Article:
There is only a week and a bit left before the liturgical year ends, and Advent begins once more. November, plus or minus a few days here and there, is the traditional time to think about the four last things: death, judgment, heaven and hell.
For all of us, these things are closer than what they were last November. The readings from the lectionary are full of reminders about the big 4 and of wisdom about them.
Are you ready? Like the wise virgins waiting for the bridegroom to come.
Have you used your gifts and talents to the full? The King will want to see some evidence.
Will you persevere? Can you pray, and wait, and not lose heart?
When people have faith in the God Whose actions are recorded in the bible, death isn't much of an issue. From the stories of those who have had near death experiences, death itself is easy, although the pains and difficulties that get you to that point are normally no picnic.
What really matters is judgment. That is the scary thing. To walk through your whole life under the loving gaze of God, and to see where you responded to Him and where you turned away, to see what you did that pleased Him, and what you did that deserves some kind of punishment. To know that whatever verdict God gives is going to be totally just and deserved; that is truly scary. To know deeply that if the verdict is positive, then credit goes to His Mercy; and if the verdict is negative then we chose it ourselves through actions which rejected His Mercy.
Remembering 1 Cor 3:15 about how all our works will be tested, as though through fire, makes us consider how seriously we have treated God in our lives. Have we seen Him as worthy of our mediocre and left overs (straw, wood) or have we seen Him as worthy of our very best (gold, precious stones)? Likewise the words addressed to the church in Sardis (Rev 3:2), 'Is there anything in the way you live that God could possibly call perfect?' make us think furiously.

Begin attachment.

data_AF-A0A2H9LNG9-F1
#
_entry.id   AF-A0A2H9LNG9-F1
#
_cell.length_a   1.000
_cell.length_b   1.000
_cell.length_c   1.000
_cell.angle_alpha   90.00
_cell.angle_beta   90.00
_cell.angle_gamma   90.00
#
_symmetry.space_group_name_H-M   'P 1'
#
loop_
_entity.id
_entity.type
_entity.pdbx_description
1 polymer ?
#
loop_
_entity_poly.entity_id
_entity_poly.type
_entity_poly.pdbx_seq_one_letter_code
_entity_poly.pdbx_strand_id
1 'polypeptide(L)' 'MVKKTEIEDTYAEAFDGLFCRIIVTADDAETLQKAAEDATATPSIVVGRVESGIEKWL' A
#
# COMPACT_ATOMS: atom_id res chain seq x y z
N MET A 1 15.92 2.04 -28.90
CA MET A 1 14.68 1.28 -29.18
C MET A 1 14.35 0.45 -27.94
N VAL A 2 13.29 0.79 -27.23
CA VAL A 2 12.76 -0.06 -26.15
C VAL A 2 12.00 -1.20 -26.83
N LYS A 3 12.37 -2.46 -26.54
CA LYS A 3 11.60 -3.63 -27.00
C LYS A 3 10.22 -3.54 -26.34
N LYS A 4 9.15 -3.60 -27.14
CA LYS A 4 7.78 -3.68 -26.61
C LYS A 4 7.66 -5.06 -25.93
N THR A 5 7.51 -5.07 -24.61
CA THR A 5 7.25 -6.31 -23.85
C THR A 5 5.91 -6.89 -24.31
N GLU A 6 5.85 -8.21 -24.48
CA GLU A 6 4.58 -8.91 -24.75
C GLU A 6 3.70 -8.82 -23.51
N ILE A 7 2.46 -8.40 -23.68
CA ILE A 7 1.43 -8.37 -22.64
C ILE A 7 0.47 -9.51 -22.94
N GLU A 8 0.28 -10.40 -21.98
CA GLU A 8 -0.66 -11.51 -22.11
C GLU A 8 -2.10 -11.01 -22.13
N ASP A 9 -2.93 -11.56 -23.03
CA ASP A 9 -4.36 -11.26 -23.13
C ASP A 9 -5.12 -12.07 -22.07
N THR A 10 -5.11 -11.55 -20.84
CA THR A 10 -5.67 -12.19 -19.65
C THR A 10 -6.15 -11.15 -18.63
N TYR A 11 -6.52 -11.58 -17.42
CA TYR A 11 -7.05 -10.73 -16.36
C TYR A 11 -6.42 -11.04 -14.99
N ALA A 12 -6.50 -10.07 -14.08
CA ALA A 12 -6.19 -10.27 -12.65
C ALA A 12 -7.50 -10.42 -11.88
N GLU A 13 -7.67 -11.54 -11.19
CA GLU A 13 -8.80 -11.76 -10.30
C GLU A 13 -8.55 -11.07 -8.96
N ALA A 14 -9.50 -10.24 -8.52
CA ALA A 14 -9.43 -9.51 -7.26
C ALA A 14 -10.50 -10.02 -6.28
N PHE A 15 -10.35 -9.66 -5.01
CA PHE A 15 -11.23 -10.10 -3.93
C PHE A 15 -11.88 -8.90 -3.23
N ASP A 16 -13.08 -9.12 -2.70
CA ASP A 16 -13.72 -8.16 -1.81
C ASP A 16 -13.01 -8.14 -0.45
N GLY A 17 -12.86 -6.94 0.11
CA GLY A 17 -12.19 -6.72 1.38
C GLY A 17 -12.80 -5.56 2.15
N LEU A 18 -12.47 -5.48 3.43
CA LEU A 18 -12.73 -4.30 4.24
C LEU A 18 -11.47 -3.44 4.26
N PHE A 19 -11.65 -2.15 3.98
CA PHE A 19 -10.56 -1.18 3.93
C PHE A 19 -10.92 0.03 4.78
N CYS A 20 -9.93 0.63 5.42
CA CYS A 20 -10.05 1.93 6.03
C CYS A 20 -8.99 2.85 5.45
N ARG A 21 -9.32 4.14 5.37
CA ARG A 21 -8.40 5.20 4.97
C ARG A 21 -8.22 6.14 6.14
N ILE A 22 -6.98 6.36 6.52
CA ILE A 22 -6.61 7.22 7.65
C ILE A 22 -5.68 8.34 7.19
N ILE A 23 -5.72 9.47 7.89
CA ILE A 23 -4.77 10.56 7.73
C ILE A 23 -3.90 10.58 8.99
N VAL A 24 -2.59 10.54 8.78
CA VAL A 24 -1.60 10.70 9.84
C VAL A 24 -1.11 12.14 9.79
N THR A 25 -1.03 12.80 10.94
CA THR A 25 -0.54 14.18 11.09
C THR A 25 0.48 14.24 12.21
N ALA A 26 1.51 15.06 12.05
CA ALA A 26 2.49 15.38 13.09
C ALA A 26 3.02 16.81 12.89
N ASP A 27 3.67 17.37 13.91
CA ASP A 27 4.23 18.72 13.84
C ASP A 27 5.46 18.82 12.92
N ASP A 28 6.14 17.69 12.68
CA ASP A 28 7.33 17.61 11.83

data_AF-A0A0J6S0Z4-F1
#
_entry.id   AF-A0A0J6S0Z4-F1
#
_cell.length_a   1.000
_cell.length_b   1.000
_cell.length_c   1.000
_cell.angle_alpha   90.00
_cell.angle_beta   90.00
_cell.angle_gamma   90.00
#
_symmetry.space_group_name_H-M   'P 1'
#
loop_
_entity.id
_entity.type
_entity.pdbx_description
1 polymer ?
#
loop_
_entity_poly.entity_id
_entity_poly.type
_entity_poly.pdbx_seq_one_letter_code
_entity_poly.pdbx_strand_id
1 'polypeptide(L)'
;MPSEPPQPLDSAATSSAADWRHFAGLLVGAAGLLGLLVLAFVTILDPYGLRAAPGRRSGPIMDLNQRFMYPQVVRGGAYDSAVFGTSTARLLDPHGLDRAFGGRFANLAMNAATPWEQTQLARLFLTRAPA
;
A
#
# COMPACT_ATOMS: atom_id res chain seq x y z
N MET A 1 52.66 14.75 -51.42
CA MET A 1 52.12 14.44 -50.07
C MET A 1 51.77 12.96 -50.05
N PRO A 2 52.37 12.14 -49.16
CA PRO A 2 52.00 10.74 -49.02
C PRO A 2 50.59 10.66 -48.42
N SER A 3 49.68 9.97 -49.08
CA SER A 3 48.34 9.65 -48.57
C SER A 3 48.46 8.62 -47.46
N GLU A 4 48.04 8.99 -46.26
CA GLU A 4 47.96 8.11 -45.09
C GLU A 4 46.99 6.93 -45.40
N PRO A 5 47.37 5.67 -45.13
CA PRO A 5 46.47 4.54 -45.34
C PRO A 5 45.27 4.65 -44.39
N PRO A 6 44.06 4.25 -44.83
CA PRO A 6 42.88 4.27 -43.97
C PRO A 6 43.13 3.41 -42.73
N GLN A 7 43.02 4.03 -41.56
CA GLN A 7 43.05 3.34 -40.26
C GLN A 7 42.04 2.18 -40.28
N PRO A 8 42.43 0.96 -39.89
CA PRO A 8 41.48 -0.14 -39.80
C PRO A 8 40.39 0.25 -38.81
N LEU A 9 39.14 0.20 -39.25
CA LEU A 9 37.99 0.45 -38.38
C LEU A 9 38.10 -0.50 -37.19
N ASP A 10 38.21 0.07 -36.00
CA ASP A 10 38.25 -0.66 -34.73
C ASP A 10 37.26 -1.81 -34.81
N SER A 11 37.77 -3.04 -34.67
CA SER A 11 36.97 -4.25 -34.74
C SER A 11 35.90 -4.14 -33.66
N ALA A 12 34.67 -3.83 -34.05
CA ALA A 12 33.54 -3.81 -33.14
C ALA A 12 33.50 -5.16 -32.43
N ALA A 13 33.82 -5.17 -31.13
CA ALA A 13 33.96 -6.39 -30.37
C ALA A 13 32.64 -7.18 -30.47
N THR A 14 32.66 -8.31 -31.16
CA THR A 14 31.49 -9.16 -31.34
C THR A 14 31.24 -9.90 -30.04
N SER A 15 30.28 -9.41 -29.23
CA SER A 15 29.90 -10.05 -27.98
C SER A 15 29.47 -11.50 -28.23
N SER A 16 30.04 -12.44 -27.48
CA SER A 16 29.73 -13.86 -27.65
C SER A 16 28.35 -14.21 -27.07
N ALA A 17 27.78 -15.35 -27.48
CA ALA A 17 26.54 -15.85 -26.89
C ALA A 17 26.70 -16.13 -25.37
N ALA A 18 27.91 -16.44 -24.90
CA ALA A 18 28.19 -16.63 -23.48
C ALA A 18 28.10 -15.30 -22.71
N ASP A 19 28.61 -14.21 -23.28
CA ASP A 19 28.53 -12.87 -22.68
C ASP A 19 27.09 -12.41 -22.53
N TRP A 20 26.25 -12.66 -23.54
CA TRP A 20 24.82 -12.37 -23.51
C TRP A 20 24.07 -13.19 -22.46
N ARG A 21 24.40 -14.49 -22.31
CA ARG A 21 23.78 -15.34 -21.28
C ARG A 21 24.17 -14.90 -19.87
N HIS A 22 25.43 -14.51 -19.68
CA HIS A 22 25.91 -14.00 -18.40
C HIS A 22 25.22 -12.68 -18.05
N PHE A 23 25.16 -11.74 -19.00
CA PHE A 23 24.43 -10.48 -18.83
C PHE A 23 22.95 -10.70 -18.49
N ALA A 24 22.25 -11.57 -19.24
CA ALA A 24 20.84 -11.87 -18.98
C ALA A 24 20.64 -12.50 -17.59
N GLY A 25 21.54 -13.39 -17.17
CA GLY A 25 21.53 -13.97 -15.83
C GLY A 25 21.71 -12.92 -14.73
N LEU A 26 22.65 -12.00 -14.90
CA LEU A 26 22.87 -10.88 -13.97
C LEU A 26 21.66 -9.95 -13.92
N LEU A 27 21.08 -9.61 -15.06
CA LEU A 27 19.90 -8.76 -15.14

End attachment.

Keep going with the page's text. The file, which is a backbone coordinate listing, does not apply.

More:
This is why we pray for our sick and dying, seeking to obtain mercy for them so that when they reach judgment there are no barriers of sin between them and God. This is why regular recourse to the sacrament of penance is such a good idea.
At funerals we often hear people say, 'How good it is that …… is no longer suffering.' Only if they were totally free from sin and from the punishments due for sin would that be the case. Too few of us die in that degree of holiness. For most the welcome option of purgatory is where they would be, and if so, their sufferings would have increased many times over. For those who rejected God's mercy even in extremis, enduring the sufferings of hell for eternity are now their lot. Yes, our loved deceased's bodies may now look like they are in peace, but only God knows how they fared at judgment and what they are going through on the other side of eternity. The most loving response to such a crazy saying at funerals, is to double our prayers for the deceased.
We all hope and pray that with God's grace and in His mercy, that we will attain to the eternal joys of heaven. He tells us Himself that no impure thing can enter into heaven.
One of God's mercies is that He often gives increasing layers of pain and suffering to the elderly, precisely that through their patient acceptance of these difficulties that they may expiate some of the punishments due to their sins and thereby have a swifter journey from the gates of death to the gates of paradise. It is why those who seek to cut off a person's life before his/her natural end perpetrate a grave injustice. Unnaturally shortening that time of pain-filled grace has negative consequences for pain levels post judgment.
Even though God is so loving and merciful, He is also just. If you are always singing about how you did it 'my way' and spending more time at the football or at the club than offering God some thanks at church and doing things 'His way' – is there anything in your life for which He can reward you? Human popularity an entry card to heaven it does not make.
We don't know the day, not the hour, at which God will call us through death to judgment. When that time comes, may we be watchful and ready, and best prepared through active response to His works of grace in us. May He grant us a merciful judgment and as swift a time though purification as possible. Amen.